What courses provide the best trajectory for someone looking to become a Software Engineer?
A bit about myself, I'm currently attending Job Corps. for the CCNA program on Networking. My goal is to complete this and pursue an advanced training for Database Administration, I believe using Microsoft Azure Architecture. A program Job Corps. offers is a transition to a two year or four year college. I want to transfer to a four year college to pursue a BS in Computer Science for Software Engineering. What curriculums should I be looking out for that would set me apart from other prospect Software Engineers leaving college? Also, what else can I do in my spare time, such as picking up a language or getting familiar with different environments, IDE's, etc.? #college #software #computer-software #college-major #technology
"What curriculums should I be looking out for that would set me apart from other prospect Software Engineers leaving college? "
As a software Engineer that has spent years in recruiting interns and hires, I think there is no best curriculum, the only part that will make you set apart is just you!
"Also, what else can I do in my spare time, such as picking up a language or getting familiar with different environments, IDE's, etc."
You can get familiar to common IDE but that won't help for interviews. VS code, vim, emacs, sublime are example of common used IDE
I do recommend you to train yourself on one language. Python, Java (and derivated), C++ are good examples of common used language. C is used but is low level so really depends on the job you target.
Python is easy to start with.
But yes, please get familiar with coding, algorithm, data structure, algorithm complexity. This is the basics of computer engineering. Train yourself to write simple or not that simple programs to get familiar with a language.
In college will be a lot of theory, and not so much practise hours. You should not afraid to spend about 20 hours peer week for consolidation of theory. Theory if very nice, but theory with really good practise skills will be significant advantage over competitors. You can read more in Robert Martin's book "The Clean Coder".
Soft skills are essential in IT world. You should pay attention to these skills too. No one wants to deal with an introverted individualist who does not know how to work in a team.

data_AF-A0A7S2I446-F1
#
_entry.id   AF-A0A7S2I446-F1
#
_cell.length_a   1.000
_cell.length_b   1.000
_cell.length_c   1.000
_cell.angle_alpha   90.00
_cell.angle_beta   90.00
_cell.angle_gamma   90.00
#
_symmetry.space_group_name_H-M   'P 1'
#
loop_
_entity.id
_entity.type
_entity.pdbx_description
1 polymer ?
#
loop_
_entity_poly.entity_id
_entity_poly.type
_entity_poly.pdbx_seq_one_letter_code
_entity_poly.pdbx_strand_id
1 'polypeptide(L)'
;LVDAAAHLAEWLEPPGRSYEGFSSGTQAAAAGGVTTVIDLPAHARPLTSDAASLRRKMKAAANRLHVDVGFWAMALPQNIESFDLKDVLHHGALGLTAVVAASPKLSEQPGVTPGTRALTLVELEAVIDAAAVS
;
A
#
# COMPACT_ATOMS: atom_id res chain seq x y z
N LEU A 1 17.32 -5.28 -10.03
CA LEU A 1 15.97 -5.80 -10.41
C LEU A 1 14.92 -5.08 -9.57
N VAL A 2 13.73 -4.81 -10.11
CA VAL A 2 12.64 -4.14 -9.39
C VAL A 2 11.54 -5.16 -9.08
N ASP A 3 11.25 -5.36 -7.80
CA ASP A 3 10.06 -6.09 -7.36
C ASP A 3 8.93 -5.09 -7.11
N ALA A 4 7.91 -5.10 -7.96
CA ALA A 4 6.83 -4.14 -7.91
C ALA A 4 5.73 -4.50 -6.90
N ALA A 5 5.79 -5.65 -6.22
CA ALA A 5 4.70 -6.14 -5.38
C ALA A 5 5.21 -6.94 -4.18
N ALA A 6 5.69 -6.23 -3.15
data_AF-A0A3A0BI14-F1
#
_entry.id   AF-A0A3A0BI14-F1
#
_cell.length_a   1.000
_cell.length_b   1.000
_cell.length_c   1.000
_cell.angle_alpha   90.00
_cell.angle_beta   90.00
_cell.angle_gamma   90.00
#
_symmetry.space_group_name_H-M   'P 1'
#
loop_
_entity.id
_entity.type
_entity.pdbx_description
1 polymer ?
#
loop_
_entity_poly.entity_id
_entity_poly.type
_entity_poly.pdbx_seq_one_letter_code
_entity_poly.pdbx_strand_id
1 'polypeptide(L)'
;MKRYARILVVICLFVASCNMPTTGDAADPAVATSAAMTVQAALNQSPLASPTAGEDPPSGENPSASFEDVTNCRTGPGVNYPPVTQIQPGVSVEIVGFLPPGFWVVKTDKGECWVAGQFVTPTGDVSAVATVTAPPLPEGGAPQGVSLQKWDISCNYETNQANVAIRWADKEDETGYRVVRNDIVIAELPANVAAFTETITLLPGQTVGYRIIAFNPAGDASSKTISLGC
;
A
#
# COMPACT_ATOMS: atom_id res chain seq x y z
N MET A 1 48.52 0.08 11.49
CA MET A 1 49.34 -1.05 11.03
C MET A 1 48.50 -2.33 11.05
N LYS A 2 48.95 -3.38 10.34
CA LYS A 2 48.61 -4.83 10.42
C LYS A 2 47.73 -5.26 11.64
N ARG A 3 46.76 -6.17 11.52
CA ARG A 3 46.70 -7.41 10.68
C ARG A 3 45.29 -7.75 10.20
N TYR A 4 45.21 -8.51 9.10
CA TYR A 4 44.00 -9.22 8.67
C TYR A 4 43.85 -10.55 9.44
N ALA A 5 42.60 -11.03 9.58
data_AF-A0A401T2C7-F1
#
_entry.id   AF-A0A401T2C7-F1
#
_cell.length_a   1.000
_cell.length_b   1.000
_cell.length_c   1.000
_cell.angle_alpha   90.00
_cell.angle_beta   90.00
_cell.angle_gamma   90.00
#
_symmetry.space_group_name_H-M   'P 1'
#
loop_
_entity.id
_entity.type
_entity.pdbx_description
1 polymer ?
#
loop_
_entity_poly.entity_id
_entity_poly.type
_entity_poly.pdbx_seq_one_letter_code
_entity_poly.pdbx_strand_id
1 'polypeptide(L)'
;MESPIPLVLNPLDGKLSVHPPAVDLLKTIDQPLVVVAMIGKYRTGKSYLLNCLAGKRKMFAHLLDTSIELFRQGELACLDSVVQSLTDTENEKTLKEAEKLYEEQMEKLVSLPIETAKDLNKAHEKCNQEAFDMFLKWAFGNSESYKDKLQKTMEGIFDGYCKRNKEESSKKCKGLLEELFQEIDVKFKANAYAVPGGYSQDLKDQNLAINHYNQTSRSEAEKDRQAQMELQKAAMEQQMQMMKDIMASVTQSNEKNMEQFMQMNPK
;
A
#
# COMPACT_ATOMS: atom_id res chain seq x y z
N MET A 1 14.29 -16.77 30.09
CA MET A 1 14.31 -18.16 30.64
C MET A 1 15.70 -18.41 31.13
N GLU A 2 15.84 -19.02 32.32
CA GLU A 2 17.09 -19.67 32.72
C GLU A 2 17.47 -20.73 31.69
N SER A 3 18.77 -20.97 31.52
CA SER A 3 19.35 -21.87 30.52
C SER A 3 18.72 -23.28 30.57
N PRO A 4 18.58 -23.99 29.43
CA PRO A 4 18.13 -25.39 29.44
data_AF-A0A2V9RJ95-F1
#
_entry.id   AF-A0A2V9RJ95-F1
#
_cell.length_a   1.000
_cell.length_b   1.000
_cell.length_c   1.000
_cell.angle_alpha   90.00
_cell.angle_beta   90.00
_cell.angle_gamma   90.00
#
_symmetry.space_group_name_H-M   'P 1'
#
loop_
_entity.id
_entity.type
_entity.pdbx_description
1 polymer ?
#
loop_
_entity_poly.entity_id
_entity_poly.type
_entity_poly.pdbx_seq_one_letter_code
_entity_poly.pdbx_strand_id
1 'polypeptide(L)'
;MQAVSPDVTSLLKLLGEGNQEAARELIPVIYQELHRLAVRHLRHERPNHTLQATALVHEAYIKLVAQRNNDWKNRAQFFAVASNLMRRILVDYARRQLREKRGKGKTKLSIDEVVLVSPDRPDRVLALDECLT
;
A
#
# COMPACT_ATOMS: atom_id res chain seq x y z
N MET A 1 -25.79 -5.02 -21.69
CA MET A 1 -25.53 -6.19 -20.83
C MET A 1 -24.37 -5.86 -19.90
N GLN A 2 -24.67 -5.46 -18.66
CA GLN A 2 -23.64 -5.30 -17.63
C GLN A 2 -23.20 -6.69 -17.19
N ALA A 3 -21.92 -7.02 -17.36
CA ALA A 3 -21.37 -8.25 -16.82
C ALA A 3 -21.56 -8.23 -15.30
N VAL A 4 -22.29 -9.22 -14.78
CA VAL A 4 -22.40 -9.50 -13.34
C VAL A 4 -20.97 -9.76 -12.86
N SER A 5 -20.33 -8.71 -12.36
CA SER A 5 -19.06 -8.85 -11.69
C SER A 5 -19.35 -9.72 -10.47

And last one. If you familiar with Database Administration and Networking, you should know how work UNIX OS in detail.
Topics like: interprocess communication, differences between process and threads, file systems and differences, I/O, multithreading and other.
Good luck in your exciting journey!
Instead of focusing on specific curriculum, try to build a portfolio and practice a lot of interview questions and study the theory. Software developers use many tools and different languages, but if you want to be efficient you need to know the fundamental theory and know how to implement it. These two things a lone will make you stand out. When other people submit a resume, you can submit resume and portfolio. On top of that if you fly through interviews because you practiced interview questions and code tests, you can go far.
There are many things you can look into, depending on your interest. If you want to be a full stack developer you can focus on Java base languages like Quarkus and JS language React. Other popular tools are NodeJS, Angular, and Spring, SQL... etc. There are also other technologies such as Streaming tech like Kafka or Pulsar.
Apply what you learn in these courses through lab work.
You already got good advices from Mickael and Yaroslav.
My advice is - try to get Azure Architect certificate.
You can prepare yourself by following Microsoft learning path for this certificate and other online resources/courses. I had a good experience using udemy.com and coursera.org.
Other areas to practice: linux/bash scripting, python, sql.
For your question about curriculums to set yourself apart from other prospects, I would focus on finding courses that include projects that you can put on your resume. Many colleges include projects in the later part of degree programs
Interviewers will ask about projects listed on your resume. You can set yourself apart by explaining a project in detail to show that you applied what you learned in the classroom to a working project.